Block on Trump's Asylum Ban Upheld by Supreme Court
It's only mid-August, and the days are getting shorter already. I'm noticing it's darker out at my usual wake up time, and I'm thankful that I invested in my Philips Wake-Up Light so I can awake not only to bright light, but also the sound of birds chirping (kind of like this gal).
But seriously, anyone who feels the slightest effects of Seasonal Affective Disorder knows the impact of light on sleep. Now, a new study takes it a bit further -- into the workplace.
Importance of Sleep, Impact of No Windows
Sleep has always been regarded as important, but it's now having a "moment" with Arianna Huffington leading the march to more sleep in her book "Thrive." The amount of sleep one gets reflects on her overall health and well-being.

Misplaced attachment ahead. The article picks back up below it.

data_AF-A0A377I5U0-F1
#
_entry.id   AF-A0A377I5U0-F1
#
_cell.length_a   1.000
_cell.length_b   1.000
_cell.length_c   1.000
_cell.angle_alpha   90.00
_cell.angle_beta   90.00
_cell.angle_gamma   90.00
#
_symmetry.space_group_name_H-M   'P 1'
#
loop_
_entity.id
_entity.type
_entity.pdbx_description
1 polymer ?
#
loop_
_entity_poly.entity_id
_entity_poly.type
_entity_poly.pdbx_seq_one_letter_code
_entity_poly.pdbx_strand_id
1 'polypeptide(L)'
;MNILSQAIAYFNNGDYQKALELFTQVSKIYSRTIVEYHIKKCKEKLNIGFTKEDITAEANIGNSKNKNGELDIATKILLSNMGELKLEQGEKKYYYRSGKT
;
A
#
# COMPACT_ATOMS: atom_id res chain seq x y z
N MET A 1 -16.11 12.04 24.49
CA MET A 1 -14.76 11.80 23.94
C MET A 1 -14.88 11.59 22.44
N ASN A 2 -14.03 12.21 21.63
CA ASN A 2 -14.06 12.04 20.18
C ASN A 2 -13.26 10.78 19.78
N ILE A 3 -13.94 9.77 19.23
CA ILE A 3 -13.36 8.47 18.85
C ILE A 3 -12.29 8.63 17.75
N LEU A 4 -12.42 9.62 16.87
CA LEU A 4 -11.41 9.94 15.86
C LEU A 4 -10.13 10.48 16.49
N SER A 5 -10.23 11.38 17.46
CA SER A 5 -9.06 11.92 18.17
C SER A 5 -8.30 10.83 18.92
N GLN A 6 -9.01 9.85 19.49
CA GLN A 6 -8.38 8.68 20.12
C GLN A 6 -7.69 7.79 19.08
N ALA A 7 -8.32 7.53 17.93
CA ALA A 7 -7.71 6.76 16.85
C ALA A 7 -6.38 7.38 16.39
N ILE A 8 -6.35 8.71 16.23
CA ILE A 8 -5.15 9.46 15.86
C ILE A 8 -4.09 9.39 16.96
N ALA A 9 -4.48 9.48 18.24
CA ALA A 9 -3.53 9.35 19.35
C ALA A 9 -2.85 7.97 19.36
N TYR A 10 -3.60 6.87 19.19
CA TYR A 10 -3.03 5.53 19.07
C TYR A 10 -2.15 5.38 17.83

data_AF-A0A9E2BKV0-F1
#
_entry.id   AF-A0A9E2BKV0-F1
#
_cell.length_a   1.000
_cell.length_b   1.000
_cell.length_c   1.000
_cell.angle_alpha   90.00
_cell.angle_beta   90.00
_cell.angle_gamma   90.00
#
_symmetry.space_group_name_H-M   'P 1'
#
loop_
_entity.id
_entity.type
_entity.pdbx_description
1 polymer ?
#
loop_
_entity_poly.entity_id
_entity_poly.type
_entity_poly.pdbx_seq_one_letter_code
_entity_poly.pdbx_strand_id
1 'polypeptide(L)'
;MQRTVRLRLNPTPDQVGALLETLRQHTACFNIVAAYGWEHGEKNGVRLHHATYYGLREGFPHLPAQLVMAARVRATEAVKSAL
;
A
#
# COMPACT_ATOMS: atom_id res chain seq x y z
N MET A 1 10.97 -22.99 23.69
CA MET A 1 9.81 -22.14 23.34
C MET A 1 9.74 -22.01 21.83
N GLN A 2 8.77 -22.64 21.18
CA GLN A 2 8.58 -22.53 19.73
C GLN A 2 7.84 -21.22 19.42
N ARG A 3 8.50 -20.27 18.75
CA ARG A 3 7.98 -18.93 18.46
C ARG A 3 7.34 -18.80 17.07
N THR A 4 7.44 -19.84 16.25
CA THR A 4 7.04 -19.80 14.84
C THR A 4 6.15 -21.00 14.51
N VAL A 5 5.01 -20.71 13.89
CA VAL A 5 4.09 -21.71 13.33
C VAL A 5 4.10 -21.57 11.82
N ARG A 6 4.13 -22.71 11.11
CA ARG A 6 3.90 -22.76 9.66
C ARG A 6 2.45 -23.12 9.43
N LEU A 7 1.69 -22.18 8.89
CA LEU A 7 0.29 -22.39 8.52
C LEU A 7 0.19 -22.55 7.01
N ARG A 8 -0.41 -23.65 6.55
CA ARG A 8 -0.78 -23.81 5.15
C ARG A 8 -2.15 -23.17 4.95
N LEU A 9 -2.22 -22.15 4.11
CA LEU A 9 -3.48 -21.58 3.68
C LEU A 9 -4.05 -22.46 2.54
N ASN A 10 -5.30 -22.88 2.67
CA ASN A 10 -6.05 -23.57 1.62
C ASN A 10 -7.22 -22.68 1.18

A new study, soon to be reported in the Journal of Clinical Sleep Medicine, reveals that people who work in windowless offices were less physically active, and got less sleep, than people who were exposed to daylight during working hours. On average, workers exposed to daylight received 46 minutes more sleep on any given night, reports Fast Company.
Study leader and architectural scholar Mohamed Boubekri chose to focus on office buildings. Why? "We really wanted to look at some health issues related to lack of natural light in people's lives in general, [and] that's where most of us spend a good chunk of our lives," Bouberki told Fast Company.
How to Give Your Employees More Light
So what does this mean for you and your firm? Knocking down walls and adding windows is probably not in your budget. Here are some wallet-friendly ways to encourage, or help, your employees to get more daylight:
Like ergonomics, adding more daylight to your office is an effective and relatively easy way to increase employee productivity and happiness -- and all without having to hire a Chief Happiness Officer.